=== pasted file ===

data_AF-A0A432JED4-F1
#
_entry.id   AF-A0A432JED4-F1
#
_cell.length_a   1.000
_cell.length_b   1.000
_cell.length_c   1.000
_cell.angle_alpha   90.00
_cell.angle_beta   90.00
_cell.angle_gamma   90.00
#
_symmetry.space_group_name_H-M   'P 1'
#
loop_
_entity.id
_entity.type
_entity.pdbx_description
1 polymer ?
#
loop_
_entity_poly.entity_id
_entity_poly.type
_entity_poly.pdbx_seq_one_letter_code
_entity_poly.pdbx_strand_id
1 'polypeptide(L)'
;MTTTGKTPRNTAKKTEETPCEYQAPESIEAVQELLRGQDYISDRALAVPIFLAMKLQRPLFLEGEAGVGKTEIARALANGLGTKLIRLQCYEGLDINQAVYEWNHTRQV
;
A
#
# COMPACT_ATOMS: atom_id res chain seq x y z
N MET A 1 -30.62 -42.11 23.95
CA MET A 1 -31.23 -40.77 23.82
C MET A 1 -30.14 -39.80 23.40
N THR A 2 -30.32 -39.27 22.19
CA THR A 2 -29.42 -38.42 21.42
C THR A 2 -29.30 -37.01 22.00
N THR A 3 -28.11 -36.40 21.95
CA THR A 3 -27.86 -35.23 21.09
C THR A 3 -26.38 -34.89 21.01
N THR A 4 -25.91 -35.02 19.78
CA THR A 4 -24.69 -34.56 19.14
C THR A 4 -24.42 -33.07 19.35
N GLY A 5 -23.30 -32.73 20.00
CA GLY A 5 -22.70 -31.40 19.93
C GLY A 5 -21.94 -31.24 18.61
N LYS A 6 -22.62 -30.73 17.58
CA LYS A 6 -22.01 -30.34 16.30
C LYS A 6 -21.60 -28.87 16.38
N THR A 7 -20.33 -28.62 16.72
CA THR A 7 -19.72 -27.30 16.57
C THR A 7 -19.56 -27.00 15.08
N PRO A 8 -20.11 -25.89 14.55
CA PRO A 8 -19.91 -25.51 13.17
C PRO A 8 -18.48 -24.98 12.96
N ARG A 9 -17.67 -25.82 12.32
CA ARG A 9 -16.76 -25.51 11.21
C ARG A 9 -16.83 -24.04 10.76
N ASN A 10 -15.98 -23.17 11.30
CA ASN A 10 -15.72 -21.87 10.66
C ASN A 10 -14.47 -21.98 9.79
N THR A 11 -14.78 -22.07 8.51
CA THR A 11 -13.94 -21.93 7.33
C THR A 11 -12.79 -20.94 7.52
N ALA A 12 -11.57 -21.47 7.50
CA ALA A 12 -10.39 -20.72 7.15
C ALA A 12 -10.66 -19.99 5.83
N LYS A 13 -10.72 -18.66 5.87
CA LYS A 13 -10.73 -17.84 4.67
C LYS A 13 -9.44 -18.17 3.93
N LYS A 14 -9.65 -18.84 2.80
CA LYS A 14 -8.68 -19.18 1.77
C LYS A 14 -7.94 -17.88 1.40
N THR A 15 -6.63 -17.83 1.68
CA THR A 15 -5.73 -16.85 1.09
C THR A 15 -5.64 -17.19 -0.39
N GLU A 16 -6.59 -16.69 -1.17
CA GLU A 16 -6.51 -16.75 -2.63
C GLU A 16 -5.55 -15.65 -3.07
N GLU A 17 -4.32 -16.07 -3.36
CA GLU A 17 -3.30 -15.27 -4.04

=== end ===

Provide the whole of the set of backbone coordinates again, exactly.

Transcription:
data_AF-A0A432JED4-F1
#
_entry.id   AF-A0A432JED4-F1
#
_cell.length_a   1.000
_cell.length_b   1.000
_cell.length_c   1.000
_cell.angle_alpha   90.00
_cell.angle_beta   90.00
_cell.angle_gamma   90.00
#
_symmetry.space_group_name_H-M   'P 1'
#
loop_
_entity.id
_entity.type
_entity.pdbx_description
1 polymer ?
#
loop_
_entity_poly.entity_id
_entity_poly.type
_entity_poly.pdbx_seq_one_letter_code
_entity_poly.pdbx_strand_id
1 'polypeptide(L)'
;MTTTGKTPRNTAKKTEETPCEYQAPESIEAVQELLRGQDYISDRALAVPIFLAMKLQRPLFLEGEAGVGKTEIARALANGLGTKLIRLQCYEGLDINQAVYEWNHTRQV
;
A
#
# COMPACT_ATOMS: atom_id res chain seq x y z
N MET A 1 -30.62 -42.11 23.95
CA MET A 1 -31.23 -40.77 23.82
C MET A 1 -30.14 -39.80 23.40
N THR A 2 -30.32 -39.27 22.19
CA THR A 2 -29.42 -38.42 21.42
C THR A 2 -29.30 -37.01 22.00
N THR A 3 -28.11 -36.40 21.95
CA THR A 3 -27.86 -35.23 21.09
C THR A 3 -26.38 -34.89 21.01
N THR A 4 -25.91 -35.02 19.78
CA THR A 4 -24.69 -34.56 19.14
C THR A 4 -24.42 -33.07 19.35
N GLY A 5 -23.30 -32.73 20.00
CA GLY A 5 -22.70 -31.40 19.93
C GLY A 5 -21.94 -31.24 18.61
N LYS A 6 -22.62 -30.73 17.58
CA LYS A 6 -22.01 -30.34 16.30
C LYS A 6 -21.60 -28.87 16.38
N THR A 7 -20.33 -28.62 16.72
CA THR A 7 -19.72 -27.30 16.57
C THR A 7 -19.56 -27.00 15.08
N PRO A 8 -20.11 -25.89 14.55
CA PRO A 8 -19.91 -25.51 13.17
C PRO A 8 -18.48 -24.98 12.96
N ARG A 9 -17.67 -25.82 12.32
CA ARG A 9 -16.76 -25.51 11.21
C ARG A 9 -16.83 -24.04 10.76
N ASN A 10 -15.98 -23.17 11.30
CA ASN A 10 -15.72 -21.87 10.66
C ASN A 10 -14.47 -21.98 9.79
N THR A 11 -14.78 -22.07 8.51
CA THR A 11 -13.94 -21.93 7.33
C THR A 11 -12.79 -20.94 7.52
N ALA A 12 -11.57 -21.47 7.50
CA ALA A 12 -10.39 -20.72 7.15
C ALA A 12 -10.66 -19.99 5.83
N LYS A 13 -10.72 -18.66 5.87
CA LYS A 13 -10.73 -17.84 4.67
C LYS A 13 -9.44 -18.17 3.93
N LYS A 14 -9.65 -18.84 2.80
CA LYS A 14 -8.68 -19.18 1.77
C LYS A 14 -7.94 -17.88 1.40
N THR A 15 -6.63 -17.83 1.68
CA THR A 15 -5.73 -16.85 1.09
C THR A 15 -5.64 -17.19 -0.39
N GLU A 16 -6.59 -16.69 -1.17
CA GLU A 16 -6.51 -16.75 -2.63
C GLU A 16 -5.55 -15.65 -3.07
N GLU A 17 -4.32 -16.07 -3.36
CA GLU A 17 -3.30 -15.27 -4.04